joeanne

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Do it!
I have 3 at the mo, Matey a 30 something elderly mini (passport says 31 inch but old age has shrunk him down to about 29 inches!
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Tink, 20 yr old sweetiepie who is 32 inches and of course Little Stig, who is about as self opinionated as they come!
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Mini's are not designed to be "used" as such, so if you want to try your hand at driving, perhaps a standard would be better suited to what you need?
However if you want to just show inhand, a mini is EXACTLY what you need!
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FeatherPower

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26 June 2009
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251
Thanks guys - I will definitely be in touch! Going to have a look around the website now but I am feeling good about this and I think it could be the way back into the horsey world! Yay!!!
 

varkie

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Hampshire, UK
[ QUOTE ]
Mini's are not designed to be "used" as such, so if you want to try your hand at driving, perhaps a standard would be better suited to what you need?
However if you want to just show inhand, a mini is EXACTLY what you need!
grin.gif


[/ QUOTE ]
Minis absolutely can be ridden & driven. Bearing in mind minis go up to 34", and can be built like tanks. You just have to be realistic about the weight they can carry/pull. They can do LR and FR with tots and smaller children. They can also be driven, but if you want to do more than light pleasure driving on the flat, you'd need to consider driving a pair or a team. But just for a little local lane driving, or round your fields, a single solid up to height mini should be able to take two lightweight adults once fit - but you would need to pay attention to their fitness.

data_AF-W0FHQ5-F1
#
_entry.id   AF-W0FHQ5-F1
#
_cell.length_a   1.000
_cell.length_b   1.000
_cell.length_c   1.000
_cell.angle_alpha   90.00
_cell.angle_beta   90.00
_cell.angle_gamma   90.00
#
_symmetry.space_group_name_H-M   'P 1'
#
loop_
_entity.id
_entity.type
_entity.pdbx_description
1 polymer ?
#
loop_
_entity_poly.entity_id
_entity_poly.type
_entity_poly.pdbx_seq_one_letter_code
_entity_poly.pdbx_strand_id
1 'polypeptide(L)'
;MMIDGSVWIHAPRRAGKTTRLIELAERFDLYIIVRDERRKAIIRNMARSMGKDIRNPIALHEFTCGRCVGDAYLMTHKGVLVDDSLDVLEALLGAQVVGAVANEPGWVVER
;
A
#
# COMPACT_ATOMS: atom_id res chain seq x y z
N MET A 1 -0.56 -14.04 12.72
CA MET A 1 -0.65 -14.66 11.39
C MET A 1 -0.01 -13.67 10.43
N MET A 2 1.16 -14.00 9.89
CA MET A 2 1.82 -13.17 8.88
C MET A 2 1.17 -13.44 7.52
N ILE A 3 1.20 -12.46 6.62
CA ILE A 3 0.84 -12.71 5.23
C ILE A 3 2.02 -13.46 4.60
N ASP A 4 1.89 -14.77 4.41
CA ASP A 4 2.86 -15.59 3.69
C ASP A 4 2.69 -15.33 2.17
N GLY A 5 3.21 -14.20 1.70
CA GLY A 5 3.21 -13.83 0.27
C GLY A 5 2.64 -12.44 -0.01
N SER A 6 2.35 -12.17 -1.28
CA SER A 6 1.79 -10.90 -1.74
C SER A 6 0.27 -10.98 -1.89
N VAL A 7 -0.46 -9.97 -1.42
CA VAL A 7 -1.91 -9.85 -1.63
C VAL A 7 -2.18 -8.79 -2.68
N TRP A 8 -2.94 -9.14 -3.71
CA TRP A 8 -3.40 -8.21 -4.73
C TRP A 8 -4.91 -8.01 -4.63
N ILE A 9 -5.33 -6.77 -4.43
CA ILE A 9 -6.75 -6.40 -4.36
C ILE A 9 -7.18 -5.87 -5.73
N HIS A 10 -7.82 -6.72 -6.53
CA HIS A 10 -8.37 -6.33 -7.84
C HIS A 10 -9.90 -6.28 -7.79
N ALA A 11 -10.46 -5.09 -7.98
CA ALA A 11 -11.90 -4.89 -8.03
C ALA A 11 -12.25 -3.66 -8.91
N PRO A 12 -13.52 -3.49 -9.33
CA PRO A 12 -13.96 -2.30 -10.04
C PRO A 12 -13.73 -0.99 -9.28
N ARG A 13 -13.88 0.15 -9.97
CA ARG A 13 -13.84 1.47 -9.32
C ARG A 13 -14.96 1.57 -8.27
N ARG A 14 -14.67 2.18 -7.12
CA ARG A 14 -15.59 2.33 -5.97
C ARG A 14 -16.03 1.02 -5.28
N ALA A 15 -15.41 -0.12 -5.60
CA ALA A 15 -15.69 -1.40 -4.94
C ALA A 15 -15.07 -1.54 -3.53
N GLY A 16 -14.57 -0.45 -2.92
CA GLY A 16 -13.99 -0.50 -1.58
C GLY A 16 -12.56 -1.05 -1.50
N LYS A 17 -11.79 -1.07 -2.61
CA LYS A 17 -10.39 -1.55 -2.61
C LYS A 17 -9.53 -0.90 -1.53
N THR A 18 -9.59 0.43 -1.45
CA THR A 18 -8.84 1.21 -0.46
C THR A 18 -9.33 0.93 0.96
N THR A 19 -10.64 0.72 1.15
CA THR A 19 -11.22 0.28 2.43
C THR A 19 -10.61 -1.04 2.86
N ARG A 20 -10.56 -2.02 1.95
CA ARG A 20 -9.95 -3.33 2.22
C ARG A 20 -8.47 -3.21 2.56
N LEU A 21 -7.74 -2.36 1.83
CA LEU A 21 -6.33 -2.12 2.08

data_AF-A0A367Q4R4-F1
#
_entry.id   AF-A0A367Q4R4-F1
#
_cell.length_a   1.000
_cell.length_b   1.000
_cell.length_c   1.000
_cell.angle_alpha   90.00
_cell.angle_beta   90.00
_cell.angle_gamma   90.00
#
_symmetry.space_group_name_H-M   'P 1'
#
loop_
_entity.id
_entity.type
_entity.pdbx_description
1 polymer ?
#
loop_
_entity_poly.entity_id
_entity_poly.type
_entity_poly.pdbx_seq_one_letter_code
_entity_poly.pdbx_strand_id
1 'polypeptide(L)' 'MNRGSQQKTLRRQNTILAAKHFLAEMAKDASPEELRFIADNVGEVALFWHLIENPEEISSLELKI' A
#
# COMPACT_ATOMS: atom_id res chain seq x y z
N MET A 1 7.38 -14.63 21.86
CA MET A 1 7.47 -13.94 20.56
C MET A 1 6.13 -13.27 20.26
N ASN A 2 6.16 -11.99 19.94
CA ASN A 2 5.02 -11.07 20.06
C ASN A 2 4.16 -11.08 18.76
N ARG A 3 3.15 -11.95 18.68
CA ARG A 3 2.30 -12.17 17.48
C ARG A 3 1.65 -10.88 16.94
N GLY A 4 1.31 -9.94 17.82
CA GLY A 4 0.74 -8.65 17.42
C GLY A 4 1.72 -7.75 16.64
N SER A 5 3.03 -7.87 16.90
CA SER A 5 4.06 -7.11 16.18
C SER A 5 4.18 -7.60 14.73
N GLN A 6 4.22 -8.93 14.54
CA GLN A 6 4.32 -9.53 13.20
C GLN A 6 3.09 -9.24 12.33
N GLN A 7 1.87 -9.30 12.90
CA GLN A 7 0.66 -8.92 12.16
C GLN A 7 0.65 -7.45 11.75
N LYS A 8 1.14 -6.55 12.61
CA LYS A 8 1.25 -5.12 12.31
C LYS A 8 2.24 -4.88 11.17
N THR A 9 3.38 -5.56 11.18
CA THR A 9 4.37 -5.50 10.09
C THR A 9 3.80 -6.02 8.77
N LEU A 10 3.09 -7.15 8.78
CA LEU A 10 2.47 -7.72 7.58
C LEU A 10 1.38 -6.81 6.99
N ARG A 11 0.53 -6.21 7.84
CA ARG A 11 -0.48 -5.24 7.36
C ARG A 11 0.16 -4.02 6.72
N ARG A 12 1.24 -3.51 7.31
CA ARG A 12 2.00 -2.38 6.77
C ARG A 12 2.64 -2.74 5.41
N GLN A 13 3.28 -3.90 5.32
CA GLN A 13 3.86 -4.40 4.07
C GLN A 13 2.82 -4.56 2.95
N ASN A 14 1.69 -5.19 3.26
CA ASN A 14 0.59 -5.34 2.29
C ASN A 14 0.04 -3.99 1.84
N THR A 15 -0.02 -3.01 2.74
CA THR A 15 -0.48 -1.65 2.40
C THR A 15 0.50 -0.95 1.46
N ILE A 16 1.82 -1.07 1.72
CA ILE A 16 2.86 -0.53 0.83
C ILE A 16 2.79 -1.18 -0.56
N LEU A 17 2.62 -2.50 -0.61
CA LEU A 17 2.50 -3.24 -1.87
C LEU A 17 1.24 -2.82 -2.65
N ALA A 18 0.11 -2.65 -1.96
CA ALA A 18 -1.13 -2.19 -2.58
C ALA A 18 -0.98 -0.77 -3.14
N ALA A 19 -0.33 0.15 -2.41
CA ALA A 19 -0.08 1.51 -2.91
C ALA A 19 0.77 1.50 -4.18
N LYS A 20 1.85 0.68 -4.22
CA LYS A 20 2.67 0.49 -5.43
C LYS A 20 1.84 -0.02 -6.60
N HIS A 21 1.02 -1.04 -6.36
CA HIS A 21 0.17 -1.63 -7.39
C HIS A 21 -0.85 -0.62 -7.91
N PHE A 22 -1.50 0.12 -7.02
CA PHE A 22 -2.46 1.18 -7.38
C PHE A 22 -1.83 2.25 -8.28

milomoo

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8 May 2007
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northumberland
Hi Featherpower, I am in a similar situation at the moment. My injury has'nt been as bad as yours sounds though. I ruptured two ligaments in my right ankle in Sept 08 and had a tendon transfer done a week before christmas 09 and am in week 3 of 12 in plaster.
I am unsure of when I will be able to ride or if I will even be comfortable in the saddle when I do.
I have given my fantastic loan horse of 3 years back, I was so upset to see him go.
Anyway, I used to work in a shetland stud in Northumberland and I love the hairy little so and so's. I am seriously considering buying/rehoming a standard to drive, my other health problems have been pushing me towards this for a few years now.
I have always said that Shetlands are the Jack Russells of the horse world, they are great!

I hope your ankle is healing ok.
jayne
 

jaye1780

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24 December 2009
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South Yorks
Hi I have a 4 yr old 30inch mini shetland and he's FANTASTIC :) He was quite wild when I got him but now he's like a big dog, follows u around, loves to be groomed and fussed over! He came off a 200 acre farm where he roamed free but he loves his creature comforts and will be 1st to come in at night in winter or out of the rain! I leave him unrugged but did have to clip him last spring as his coat wouldnt shed properly - he was brilliant to clip and the couple of times he did mess he's so tiny it didnt matter! So id definitely go for it, get our confidence back up with a little one :) x